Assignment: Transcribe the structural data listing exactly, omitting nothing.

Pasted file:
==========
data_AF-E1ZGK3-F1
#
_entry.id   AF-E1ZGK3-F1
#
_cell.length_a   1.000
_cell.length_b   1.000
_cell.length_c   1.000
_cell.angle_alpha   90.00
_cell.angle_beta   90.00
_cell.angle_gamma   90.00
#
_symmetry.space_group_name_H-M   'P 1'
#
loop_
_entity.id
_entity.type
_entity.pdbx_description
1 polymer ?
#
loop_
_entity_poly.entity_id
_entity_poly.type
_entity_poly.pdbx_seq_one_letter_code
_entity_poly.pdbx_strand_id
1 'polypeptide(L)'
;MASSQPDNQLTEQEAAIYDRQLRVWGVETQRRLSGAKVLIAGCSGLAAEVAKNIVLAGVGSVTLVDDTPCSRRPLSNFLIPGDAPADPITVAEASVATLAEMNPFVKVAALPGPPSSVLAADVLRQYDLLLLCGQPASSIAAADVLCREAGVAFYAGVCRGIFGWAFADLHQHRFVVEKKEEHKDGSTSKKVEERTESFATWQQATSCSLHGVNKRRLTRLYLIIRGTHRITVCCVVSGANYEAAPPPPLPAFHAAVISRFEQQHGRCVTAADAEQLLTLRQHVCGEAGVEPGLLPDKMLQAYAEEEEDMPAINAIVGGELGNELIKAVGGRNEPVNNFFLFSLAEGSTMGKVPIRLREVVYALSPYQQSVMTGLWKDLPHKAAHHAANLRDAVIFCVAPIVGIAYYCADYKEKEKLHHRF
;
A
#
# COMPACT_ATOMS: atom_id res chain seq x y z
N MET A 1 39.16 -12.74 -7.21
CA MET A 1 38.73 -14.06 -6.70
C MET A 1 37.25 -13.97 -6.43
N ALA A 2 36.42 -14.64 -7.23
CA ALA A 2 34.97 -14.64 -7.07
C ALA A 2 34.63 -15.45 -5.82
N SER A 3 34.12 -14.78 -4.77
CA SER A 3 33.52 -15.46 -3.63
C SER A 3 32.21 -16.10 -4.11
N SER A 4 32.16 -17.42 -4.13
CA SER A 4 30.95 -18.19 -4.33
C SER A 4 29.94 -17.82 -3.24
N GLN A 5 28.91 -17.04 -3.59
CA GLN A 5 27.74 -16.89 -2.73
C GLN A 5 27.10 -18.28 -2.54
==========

data_AF-E1ZGK3-F1
#
_entry.id   AF-E1ZGK3-F1
#
_cell.length_a   1.000
_cell.length_b   1.000
_cell.length_c   1.000
_cell.angle_alpha   90.00
_cell.angle_beta   90.00
_cell.angle_gamma   90.00
#
_symmetry.space_group_name_H-M   'P 1'
#
loop_
_entity.id
_entity.type
_entity.pdbx_description
1 polymer ?
#
loop_
_entity_poly.entity_id
_entity_poly.type
_entity_poly.pdbx_seq_one_letter_code
_entity_poly.pdbx_strand_id
1 'polypeptide(L)'
;MASSQPDNQLTEQEAAIYDRQLRVWGVETQRRLSGAKVLIAGCSGLAAEVAKNIVLAGVGSVTLVDDTPCSRRPLSNFLIPGDAPADPITVAEASVATLAEMNPFVKVAALPGPPSSVLAADVLRQYDLLLLCGQPASSIAAADVLCREAGVAFYAGVCRGIFGWAFADLHQHRFVVEKKEEHKDGSTSKKVEERTESFATWQQATSCSLHGVNKRRLTRLYLIIRGTHRITVCCVVSGANYEAAPPPPLPAFHAAVISRFEQQHGRCVTAADAEQLLTLRQHVCGEAGVEPGLLPDKMLQAYAEEEEDMPAINAIVGGELGNELIKAVGGRNEPVNNFFLFSLAEGSTMGKVPIRLREVVYALSPYQQSVMTGLWKDLPHKAAHHAANLRDAVIFCVAPIVGIAYYCADYKEKEKLHHRF
;
A
#
# COMPACT_ATOMS: atom_id res chain seq x y z
N MET A 1 39.16 -12.74 -7.21
CA MET A 1 38.73 -14.06 -6.70
C MET A 1 37.25 -13.97 -6.43
N ALA A 2 36.42 -14.64 -7.23
CA ALA A 2 34.97 -14.64 -7.07
C ALA A 2 34.63 -15.45 -5.82
N SER A 3 34.12 -14.78 -4.77
CA SER A 3 33.52 -15.46 -3.63
C SER A 3 32.21 -16.10 -4.11
N SER A 4 32.16 -17.42 -4.13
CA SER A 4 30.95 -18.19 -4.33
C SER A 4 29.94 -17.82 -3.24
N GLN A 5 28.91 -17.04 -3.59
CA GLN A 5 27.74 -16.89 -2.73
C GLN A 5 27.10 -18.28 -2.54